This post is a culmination of the basic pleating principles I covered in the last 3 blog posts. The importance of understanding this post is to help you identify the different types of pleating used by others and how they incorporate pleating into their designs. In addition, if you are a fashion designer, it will help you communicate your ideas to pleating contractors such as ourselves.
Now that you know the 3 basic components of pleating styles and panel shapes, let’s put them together and see what we come up with. In review, below we have a picture the of the 3 basic pleats:
Combining The 3 Basic Pleating Styles with Panel Shapes
If we apply each of these pleating styles to the square/rectangular panel shape we get the following panels:
If we apply them to the sunburst (or half circle) panel we get the following:
When you ask for a side pleat or box pleat, etc. the default understanding is that you are referring to a straight panel shape, meaning the size of the pleat will be the same throughout the entire distance of the pleat. You must specify that you want a sunburst panel in addition to the pleat type. Typically, people call us and ask “How much is it for sunburst pleating?” Our response is always “Which one?” However, the industry standard is accordion. If you look around, you will see it is very prevalent but that’s mainly because people are unaware of their options. So, when you call us you can ask for sunburst side-pleat, sunburst box-pleat or sunburst accordion.
Combo-pleating: Combining Pleating Styles within the Same Panel
Another factor you should be aware of is that you are not limited to just the same pleat style. You can mix up the three different styles of pleating into various combinations; hence the term “combo-pleating.” For example, below you will find some variations that can be made by the combination of different pleating styles. These images can be found in our How To Use Machine Pleating PDF.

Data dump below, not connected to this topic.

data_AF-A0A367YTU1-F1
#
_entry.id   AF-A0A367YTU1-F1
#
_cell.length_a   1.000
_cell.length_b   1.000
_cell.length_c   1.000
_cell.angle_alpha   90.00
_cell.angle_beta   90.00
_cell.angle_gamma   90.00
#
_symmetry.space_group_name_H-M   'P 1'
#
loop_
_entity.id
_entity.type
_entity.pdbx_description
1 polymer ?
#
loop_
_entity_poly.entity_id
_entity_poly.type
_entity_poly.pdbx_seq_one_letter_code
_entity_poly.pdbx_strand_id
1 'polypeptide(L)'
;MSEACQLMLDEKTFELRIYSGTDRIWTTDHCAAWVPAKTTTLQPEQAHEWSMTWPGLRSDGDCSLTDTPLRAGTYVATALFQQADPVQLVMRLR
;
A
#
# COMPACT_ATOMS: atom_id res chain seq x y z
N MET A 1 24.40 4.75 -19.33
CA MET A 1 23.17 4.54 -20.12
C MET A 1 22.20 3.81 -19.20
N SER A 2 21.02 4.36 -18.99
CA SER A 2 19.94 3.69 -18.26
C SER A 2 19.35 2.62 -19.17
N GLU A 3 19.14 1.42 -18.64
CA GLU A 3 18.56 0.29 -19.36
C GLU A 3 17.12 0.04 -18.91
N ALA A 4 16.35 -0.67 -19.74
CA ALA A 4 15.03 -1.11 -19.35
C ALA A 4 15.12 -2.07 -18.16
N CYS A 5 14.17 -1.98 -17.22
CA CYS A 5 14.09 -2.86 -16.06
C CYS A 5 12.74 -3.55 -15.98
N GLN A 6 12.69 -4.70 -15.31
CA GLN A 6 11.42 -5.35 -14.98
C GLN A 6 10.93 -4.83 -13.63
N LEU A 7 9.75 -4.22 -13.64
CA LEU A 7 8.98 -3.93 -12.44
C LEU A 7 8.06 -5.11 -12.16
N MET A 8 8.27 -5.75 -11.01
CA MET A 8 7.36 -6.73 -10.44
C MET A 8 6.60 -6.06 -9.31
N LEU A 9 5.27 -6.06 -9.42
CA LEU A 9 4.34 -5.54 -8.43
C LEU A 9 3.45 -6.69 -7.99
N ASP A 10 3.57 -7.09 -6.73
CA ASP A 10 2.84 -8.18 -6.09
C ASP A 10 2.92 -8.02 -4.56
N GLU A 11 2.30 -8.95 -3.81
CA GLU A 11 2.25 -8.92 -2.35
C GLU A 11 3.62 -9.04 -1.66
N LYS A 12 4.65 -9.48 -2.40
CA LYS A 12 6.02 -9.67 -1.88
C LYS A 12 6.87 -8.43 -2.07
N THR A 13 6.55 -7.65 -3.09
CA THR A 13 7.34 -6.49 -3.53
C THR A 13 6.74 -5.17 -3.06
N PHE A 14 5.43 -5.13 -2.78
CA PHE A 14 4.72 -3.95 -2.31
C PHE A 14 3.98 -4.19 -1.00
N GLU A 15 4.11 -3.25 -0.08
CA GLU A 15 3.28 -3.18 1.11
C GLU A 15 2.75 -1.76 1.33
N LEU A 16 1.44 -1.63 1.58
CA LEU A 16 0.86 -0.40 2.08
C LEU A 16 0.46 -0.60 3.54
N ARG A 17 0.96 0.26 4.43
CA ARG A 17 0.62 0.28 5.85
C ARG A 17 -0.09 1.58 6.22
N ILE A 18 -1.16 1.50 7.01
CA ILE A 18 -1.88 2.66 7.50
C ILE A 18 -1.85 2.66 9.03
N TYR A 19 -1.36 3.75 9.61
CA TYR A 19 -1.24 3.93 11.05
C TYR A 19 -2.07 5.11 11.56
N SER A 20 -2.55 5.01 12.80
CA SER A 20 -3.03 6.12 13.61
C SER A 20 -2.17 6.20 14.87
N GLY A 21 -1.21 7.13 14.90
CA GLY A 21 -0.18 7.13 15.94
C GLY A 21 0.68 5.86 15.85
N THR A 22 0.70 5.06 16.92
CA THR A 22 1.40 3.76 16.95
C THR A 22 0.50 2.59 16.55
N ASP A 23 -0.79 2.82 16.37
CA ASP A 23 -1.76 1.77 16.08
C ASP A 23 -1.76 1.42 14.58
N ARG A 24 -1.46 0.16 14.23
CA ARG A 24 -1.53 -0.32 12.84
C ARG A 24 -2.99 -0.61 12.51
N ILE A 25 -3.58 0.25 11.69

The images above illustrate only a fraction of the variations possible. The purpose of this post is not to catalog every possible variation, but rather to make you aware of the possibilities.
Combining Everything You Have Learned
Now imagine the variations when you combine all of the information from this post and the last three:
- The basic types of pleats
- The basic panel shapes
- Rearranging and inverting the basic pleat styles in one panel
With the following additional variables:
- Size of the pleat
- Quality of fabric
- Types of hems
The looks you can create are virtually limitless.
I want to emphasize again how important this particular post is. It ties together several basic pleating principles into workable concepts and is the foundation for future posts that will build on these principles. If I was to compare these lessons to the English language, I would say up to this point you have learned the letters and how to form words – next on the list is grammar. In order to create sentences, you must understand the laws of grammar. This also applies to using pleating or any other technique for that matter. You must understand the laws that govern it. For us, we will be learning the laws of pleating, how they interact with the characteristics of fabrics, and how these apply to the laws of garment construction.